# A Neat Use of Fibonacci Numbers Photo by Natalya Letunova on Unsplash

I love Fibonacci numbers. I first learned about them in grade school and ever since then I’ve enjoyed playing with the sequence. I’ve drawn art based on the Fibonacci series, been fascinated by the fractal pattern of the Fibonacci Spiral, and designed and knit a scarf for a good friend that incorporated a Fibonacci sequence in the pattern.

Recently I learned that Fibonacci numbers can be used to convert kilometers to miles and back. How cool is that???

## What are Fibonacci numbers

The basic concept behind the Fibonacci sequence is absurdly simple. Typically starting with 0 and 1, you just add the two numbers to get the next one, then shift and repeat.

This results in the following sequence:

0, 1, 1, 2, 3, 5, 8, 13, 21, 34, 55, 89, 144, …

## Origins

Apparently the first known description came from India, sometime between the 7th and 9th century A.D. It wasn’t until the 13th century that Fibonacci introduced the Western world to the concept.

Fibonacci numbers are extremely useful. Applications include not just the above mentioned fractal spiral pattern but also computational search techniques, a Fibonacci heap structure for data, and Fibonacci cubes that interconnect distributed systems.

Biological applications are numerous as we find Fibonacci sequences in the the leaf patterns of artichokes, in pine cone bracts, the branching patterns of trees, and many other instances that appear in nature.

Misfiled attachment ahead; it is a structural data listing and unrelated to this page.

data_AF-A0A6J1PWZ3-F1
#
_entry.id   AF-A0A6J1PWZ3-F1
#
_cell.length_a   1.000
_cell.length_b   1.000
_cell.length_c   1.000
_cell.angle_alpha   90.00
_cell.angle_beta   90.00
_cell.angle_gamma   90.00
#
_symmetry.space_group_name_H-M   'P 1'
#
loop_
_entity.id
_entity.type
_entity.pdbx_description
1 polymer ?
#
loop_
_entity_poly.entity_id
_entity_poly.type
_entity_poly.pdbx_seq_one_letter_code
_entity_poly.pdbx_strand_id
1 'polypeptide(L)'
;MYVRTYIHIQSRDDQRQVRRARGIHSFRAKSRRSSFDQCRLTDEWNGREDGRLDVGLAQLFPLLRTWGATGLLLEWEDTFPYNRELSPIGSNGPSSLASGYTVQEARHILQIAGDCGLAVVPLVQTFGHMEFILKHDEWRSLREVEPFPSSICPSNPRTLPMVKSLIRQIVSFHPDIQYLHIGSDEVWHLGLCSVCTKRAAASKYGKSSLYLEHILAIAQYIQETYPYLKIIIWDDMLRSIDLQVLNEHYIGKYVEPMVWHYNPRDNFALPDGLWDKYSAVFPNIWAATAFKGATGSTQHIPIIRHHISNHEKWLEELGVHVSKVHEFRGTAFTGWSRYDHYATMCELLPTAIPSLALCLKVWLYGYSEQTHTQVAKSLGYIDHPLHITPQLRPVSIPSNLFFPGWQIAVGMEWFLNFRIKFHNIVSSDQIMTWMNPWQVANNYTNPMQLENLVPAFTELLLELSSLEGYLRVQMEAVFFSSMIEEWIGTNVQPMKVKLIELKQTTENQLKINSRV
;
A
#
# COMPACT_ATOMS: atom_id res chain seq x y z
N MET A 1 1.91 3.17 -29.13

Fibonacci numbers are also related to both Lucas sequences and the golden ratio.

## How to convert miles to kilometers and back using Fibonacci numbers

A friend of mine and I were talking about the metric system when he mentioned this nifty trick to me.

Say you want to convert

I recently learned an interesting fact about Fibonacci numbers while watching a random number theory video on YouTube. Fibonacci numbers can be used to approximately convert from miles to kilometers and back.

Here is how.

Let’s say you want to convert 3 miles to kilometers. The next number in the Fibonacci series after 3 is 5. And guess what, 3 miles is 4.83 kilometers, which is very close to 5. The conversion approximates the Fibonacci series.

For 5 miles — the next Fibonacci number is 8 and 5 miles is 8.03 kilometers. Want to go from km to miles? Easy — 8 km is about 5 miles.

How about larger numbers? No problems. 34 km converts to 21 miles and vice versa.

The caveat of course is that these are all approximations. In the example above, 21 miles is accurately converted to 33.79 km. So while this method yields a quick and easy back-of-the-envelope conversion, if you need precision, you’ll need to crunch the numbers.

## Further ramifications

What about if you want to convert a non-Fibonacci number?

Simply break it down into a sum of Fibonacci numbers and proceed as shown.

For example, 10 miles can be expressed as 8 + 2. This converts to 13 + 3 or 16 km. The actual number? 16.0934.

How about 100 miles? That can be expressed as 89 + 8 + 3. When you shift to the next numbers in the series you get 144 + 13 + 5. This adds up to 162 km, only 1% off from the actual conversion of 160.93 km.

Want to convert 160 km back to miles? Just shift the series in the opposite direction, going with the prior number in the sequence instead of the next. Are we having fun yet?

## Why does this work so well?

It comes down to the golden ratio, which is approximately 1.618. There are 1.609 kilometers per mile. That is within 0.5% of the golden ratio. Since the Fibonacci sequence progressively approaches the golden ratio, it more exactly approximates the ratio as the numbers get larger.

These key facts help to make the Fibonacci sequence a really useful tool for approximating metric to imperial conversions and vice versa.

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-- ## Shefali O'Hara

Cancer survivor, artist, writer, engineer. Grew up in NYC, living in Austin. Love animals, books, hikes, art, travel, D&D and fireworks.